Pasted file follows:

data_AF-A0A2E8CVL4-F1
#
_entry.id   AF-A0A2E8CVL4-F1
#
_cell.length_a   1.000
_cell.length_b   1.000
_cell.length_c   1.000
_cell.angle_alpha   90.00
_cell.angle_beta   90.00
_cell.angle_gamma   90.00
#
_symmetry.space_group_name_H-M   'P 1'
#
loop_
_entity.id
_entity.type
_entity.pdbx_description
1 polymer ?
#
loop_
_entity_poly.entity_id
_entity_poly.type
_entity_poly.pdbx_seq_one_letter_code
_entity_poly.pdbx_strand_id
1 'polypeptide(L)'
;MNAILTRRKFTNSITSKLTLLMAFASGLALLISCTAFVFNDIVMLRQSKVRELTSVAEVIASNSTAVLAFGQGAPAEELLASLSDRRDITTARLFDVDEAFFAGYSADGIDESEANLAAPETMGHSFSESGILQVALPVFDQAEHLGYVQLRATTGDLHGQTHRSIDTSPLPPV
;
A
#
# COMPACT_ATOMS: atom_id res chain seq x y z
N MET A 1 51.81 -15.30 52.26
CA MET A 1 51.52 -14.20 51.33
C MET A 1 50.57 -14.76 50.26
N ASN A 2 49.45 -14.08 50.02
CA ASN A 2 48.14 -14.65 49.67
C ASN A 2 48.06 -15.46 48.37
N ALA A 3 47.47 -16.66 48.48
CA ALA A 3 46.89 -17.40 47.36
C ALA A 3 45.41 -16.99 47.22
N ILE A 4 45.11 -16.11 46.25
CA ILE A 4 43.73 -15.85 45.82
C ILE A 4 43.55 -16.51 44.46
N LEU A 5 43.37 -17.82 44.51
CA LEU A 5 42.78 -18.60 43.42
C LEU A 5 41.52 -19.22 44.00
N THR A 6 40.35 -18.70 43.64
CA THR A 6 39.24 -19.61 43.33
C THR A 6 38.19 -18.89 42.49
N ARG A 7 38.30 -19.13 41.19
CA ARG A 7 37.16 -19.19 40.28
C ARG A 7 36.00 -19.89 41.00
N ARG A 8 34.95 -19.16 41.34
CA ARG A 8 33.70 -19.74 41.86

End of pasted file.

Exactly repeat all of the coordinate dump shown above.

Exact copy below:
data_AF-A0A2E8CVL4-F1
#
_entry.id   AF-A0A2E8CVL4-F1
#
_cell.length_a   1.000
_cell.length_b   1.000
_cell.length_c   1.000
_cell.angle_alpha   90.00
_cell.angle_beta   90.00
_cell.angle_gamma   90.00
#
_symmetry.space_group_name_H-M   'P 1'
#
loop_
_entity.id
_entity.type
_entity.pdbx_description
1 polymer ?
#
loop_
_entity_poly.entity_id
_entity_poly.type
_entity_poly.pdbx_seq_one_letter_code
_entity_poly.pdbx_strand_id
1 'polypeptide(L)'
;MNAILTRRKFTNSITSKLTLLMAFASGLALLISCTAFVFNDIVMLRQSKVRELTSVAEVIASNSTAVLAFGQGAPAEELLASLSDRRDITTARLFDVDEAFFAGYSADGIDESEANLAAPETMGHSFSESGILQVALPVFDQAEHLGYVQLRATTGDLHGQTHRSIDTSPLPPV
;
A
#
# COMPACT_ATOMS: atom_id res chain seq x y z
N MET A 1 51.81 -15.30 52.26
CA MET A 1 51.52 -14.20 51.33
C MET A 1 50.57 -14.76 50.26
N ASN A 2 49.45 -14.08 50.02
CA ASN A 2 48.14 -14.65 49.67
C ASN A 2 48.06 -15.46 48.37
N ALA A 3 47.47 -16.66 48.48
CA ALA A 3 46.89 -17.40 47.36
C ALA A 3 45.41 -16.99 47.22
N ILE A 4 45.11 -16.11 46.25
CA ILE A 4 43.73 -15.85 45.82
C ILE A 4 43.55 -16.51 44.46
N LEU A 5 43.37 -17.82 44.51
CA LEU A 5 42.78 -18.60 43.42
C LEU A 5 41.52 -19.22 44.00
N THR A 6 40.35 -18.70 43.64
CA THR A 6 39.24 -19.61 43.33
C THR A 6 38.19 -18.89 42.49
N ARG A 7 38.30 -19.13 41.19
CA ARG A 7 37.16 -19.19 40.28
C ARG A 7 36.00 -19.89 41.00
N ARG A 8 34.95 -19.16 41.34
CA ARG A 8 33.70 -19.74 41.86